Designed by William Decker in 1893 for William James Swain, founder of the Public Record and son of William Moseley Swain, founder of the Public Ledger, the Romanesque Victorian mansion at 3925 Chestnut Street now serves as Philadelphia's Ronald McDonald House. The charity house which originally operated out of 40th and Spruce, found its way to the Swain mansion in 1981.
William Swain died in 1903 en route to his summer home in Spring Lake, NJ. In 1926 the stone house was sold. It was operated as the Andrew Bair Funeral Home until it was purchased by Philadelphia Eagles' Fred Hill, who donated the home to Ronald McDonald House charities.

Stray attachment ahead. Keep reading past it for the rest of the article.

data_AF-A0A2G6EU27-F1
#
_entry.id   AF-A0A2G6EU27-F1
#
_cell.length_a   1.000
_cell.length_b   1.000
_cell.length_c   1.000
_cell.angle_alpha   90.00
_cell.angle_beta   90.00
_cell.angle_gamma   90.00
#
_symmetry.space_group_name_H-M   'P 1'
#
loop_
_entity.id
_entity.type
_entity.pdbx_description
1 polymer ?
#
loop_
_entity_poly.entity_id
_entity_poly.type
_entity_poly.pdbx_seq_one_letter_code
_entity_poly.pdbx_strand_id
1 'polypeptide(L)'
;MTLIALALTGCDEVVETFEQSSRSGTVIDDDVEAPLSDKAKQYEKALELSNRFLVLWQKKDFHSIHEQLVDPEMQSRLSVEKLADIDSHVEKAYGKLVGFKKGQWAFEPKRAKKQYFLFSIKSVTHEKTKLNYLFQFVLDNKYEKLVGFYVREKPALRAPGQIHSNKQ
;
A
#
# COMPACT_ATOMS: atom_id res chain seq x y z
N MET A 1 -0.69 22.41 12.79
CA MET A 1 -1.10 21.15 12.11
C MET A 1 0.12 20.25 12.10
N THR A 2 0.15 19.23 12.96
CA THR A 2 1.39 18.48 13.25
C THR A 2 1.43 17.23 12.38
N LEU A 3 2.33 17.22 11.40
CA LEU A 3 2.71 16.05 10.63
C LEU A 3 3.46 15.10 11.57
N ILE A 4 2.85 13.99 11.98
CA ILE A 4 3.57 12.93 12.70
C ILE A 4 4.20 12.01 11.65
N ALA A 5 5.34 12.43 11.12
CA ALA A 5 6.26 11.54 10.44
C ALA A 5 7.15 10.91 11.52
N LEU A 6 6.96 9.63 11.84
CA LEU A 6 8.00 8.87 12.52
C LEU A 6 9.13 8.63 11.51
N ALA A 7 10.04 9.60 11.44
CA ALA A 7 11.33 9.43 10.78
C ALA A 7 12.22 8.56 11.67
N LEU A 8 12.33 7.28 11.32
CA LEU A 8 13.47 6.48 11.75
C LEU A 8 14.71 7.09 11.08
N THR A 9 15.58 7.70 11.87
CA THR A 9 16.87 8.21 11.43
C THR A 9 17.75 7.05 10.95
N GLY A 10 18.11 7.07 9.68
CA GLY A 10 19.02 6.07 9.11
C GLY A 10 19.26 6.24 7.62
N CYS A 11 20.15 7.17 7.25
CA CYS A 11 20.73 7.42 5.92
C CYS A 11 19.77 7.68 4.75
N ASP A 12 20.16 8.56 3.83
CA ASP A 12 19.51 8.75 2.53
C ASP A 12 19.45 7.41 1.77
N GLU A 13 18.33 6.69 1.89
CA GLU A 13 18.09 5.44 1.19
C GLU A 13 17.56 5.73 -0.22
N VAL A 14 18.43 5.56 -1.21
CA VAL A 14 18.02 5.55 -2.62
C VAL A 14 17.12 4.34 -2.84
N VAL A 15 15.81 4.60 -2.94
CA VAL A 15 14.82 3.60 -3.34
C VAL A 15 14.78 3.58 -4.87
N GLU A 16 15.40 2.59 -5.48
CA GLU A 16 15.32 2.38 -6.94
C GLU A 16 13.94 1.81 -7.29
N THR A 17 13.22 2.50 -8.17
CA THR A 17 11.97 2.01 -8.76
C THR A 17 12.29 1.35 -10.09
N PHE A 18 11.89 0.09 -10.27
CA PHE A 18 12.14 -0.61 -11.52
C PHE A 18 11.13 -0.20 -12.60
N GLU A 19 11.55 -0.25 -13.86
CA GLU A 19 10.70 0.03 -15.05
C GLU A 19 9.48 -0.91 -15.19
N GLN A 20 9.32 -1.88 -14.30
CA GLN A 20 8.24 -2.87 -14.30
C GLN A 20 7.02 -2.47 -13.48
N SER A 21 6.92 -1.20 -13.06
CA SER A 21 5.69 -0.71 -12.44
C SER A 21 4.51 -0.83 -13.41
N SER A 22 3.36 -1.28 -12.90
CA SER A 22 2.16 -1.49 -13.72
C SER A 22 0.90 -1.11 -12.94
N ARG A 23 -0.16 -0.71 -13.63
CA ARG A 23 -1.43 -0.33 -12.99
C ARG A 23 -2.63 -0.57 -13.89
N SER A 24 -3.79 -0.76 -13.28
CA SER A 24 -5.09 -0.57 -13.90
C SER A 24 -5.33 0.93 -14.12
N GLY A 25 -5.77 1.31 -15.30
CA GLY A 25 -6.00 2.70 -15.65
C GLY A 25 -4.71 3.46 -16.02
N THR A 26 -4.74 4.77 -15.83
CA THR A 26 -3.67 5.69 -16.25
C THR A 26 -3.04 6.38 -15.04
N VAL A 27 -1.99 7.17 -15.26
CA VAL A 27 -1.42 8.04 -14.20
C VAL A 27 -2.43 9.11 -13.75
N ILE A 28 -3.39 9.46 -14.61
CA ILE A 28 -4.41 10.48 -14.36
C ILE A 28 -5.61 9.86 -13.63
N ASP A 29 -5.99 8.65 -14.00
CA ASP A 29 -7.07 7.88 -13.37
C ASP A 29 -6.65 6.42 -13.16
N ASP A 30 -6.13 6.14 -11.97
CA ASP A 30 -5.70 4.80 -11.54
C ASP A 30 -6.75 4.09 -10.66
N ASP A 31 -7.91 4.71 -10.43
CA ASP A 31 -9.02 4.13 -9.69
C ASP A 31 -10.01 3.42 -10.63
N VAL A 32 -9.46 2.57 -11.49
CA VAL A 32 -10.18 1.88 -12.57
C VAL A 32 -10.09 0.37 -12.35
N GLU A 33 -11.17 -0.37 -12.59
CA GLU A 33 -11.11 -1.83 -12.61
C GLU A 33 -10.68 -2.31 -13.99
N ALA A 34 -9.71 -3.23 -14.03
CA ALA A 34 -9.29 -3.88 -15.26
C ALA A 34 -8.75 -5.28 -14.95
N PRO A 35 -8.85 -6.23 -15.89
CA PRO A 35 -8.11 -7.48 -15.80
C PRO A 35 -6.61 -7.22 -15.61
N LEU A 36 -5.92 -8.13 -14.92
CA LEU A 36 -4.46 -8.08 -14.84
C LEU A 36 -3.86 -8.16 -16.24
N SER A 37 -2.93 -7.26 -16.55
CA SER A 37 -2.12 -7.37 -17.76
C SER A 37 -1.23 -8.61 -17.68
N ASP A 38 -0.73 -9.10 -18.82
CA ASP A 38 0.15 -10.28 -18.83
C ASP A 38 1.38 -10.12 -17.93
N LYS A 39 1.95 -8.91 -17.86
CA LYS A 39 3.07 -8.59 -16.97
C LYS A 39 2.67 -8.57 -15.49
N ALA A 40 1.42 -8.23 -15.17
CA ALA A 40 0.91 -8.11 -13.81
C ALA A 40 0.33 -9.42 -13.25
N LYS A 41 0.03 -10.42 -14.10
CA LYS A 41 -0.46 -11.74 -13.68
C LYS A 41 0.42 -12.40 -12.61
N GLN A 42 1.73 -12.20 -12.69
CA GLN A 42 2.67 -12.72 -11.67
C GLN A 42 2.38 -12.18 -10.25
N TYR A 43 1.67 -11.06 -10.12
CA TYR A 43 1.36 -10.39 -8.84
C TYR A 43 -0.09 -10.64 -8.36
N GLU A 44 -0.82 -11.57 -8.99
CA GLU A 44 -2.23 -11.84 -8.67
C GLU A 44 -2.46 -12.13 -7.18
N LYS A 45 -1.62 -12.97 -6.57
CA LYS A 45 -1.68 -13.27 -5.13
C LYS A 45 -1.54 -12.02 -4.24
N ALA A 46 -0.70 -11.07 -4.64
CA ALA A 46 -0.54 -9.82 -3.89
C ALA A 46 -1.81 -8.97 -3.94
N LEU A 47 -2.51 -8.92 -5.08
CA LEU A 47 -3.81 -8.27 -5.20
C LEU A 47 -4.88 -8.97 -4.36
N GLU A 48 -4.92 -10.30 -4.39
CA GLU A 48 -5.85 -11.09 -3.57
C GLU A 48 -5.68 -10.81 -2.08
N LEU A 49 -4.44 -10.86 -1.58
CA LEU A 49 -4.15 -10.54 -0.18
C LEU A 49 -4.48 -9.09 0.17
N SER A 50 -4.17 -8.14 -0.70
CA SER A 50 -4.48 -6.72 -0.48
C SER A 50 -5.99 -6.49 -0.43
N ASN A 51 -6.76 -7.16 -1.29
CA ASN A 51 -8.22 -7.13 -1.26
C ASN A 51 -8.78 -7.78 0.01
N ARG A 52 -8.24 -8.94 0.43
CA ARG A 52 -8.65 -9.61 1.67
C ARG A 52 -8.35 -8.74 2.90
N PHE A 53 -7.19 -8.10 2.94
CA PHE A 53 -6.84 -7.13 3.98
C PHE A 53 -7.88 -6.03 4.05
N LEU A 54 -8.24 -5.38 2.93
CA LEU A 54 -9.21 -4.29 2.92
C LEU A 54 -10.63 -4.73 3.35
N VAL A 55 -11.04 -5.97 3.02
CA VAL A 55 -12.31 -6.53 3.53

Carved in stone and wood throughout the house, faces of Swain's family can be found, including himself atop the main gable, facing southwest.
The interior of the main house has been meticulously restored by the organization, preserving all original woodwork, built in furniture, and stained glass windows.
Ronald McDonald House charities accommodates the families of ill children receiving care at nearby hospitals. The Philadelphia location was the organization's first. Today there are 300 houses in 30 countries.